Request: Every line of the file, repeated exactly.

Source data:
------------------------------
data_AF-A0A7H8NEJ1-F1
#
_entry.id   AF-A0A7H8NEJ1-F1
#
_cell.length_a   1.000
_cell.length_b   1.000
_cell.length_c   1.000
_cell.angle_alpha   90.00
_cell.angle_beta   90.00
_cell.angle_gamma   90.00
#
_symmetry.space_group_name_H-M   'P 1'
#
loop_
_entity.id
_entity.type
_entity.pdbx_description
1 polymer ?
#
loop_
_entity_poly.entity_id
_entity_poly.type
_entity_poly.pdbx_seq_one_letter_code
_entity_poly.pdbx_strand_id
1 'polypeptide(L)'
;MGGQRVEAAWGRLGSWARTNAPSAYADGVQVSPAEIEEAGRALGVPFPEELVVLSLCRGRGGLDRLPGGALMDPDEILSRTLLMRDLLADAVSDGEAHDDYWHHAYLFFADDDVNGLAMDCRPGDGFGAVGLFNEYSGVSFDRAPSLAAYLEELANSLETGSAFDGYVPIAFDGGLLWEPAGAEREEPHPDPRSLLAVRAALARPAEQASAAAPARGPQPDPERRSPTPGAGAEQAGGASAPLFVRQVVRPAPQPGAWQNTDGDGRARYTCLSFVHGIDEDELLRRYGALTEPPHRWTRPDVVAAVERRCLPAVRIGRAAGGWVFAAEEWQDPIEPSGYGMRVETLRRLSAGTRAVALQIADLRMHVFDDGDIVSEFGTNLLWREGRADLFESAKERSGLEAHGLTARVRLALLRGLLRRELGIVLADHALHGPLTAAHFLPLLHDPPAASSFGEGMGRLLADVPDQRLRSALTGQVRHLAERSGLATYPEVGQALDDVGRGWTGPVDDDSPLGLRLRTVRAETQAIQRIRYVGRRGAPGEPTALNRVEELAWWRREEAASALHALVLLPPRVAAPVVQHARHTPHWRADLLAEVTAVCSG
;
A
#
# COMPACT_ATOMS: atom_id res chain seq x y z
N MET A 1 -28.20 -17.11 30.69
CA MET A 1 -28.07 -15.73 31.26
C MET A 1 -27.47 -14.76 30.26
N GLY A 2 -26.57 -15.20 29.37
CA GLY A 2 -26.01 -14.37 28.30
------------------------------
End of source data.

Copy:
data_AF-A0A7H8NEJ1-F1
#
_entry.id   AF-A0A7H8NEJ1-F1
#
_cell.length_a   1.000
_cell.length_b   1.000
_cell.length_c   1.000
_cell.angle_alpha   90.00
_cell.angle_beta   90.00
_cell.angle_gamma   90.00
#
_symmetry.space_group_name_H-M   'P 1'
#
loop_
_entity.id
_entity.type
_entity.pdbx_description
1 polymer ?
#
loop_
_entity_poly.entity_id
_entity_poly.type
_entity_poly.pdbx_seq_one_letter_code
_entity_poly.pdbx_strand_id
1 'polypeptide(L)'
;MGGQRVEAAWGRLGSWARTNAPSAYADGVQVSPAEIEEAGRALGVPFPEELVVLSLCRGRGGLDRLPGGALMDPDEILSRTLLMRDLLADAVSDGEAHDDYWHHAYLFFADDDVNGLAMDCRPGDGFGAVGLFNEYSGVSFDRAPSLAAYLEELANSLETGSAFDGYVPIAFDGGLLWEPAGAEREEPHPDPRSLLAVRAALARPAEQASAAAPARGPQPDPERRSPTPGAGAEQAGGASAPLFVRQVVRPAPQPGAWQNTDGDGRARYTCLSFVHGIDEDELLRRYGALTEPPHRWTRPDVVAAVERRCLPAVRIGRAAGGWVFAAEEWQDPIEPSGYGMRVETLRRLSAGTRAVALQIADLRMHVFDDGDIVSEFGTNLLWREGRADLFESAKERSGLEAHGLTARVRLALLRGLLRRELGIVLADHALHGPLTAAHFLPLLHDPPAASSFGEGMGRLLADVPDQRLRSALTGQVRHLAERSGLATYPEVGQALDDVGRGWTGPVDDDSPLGLRLRTVRAETQAIQRIRYVGRRGAPGEPTALNRVEELAWWRREEAASALHALVLLPPRVAAPVVQHARHTPHWRADLLAEVTAVCSG
;
A
#
# COMPACT_ATOMS: atom_id res chain seq x y z
N MET A 1 -28.20 -17.11 30.69
CA MET A 1 -28.07 -15.73 31.26
C MET A 1 -27.47 -14.76 30.26
N GLY A 2 -26.57 -15.20 29.37
CA GLY A 2 -26.01 -14.37 28.30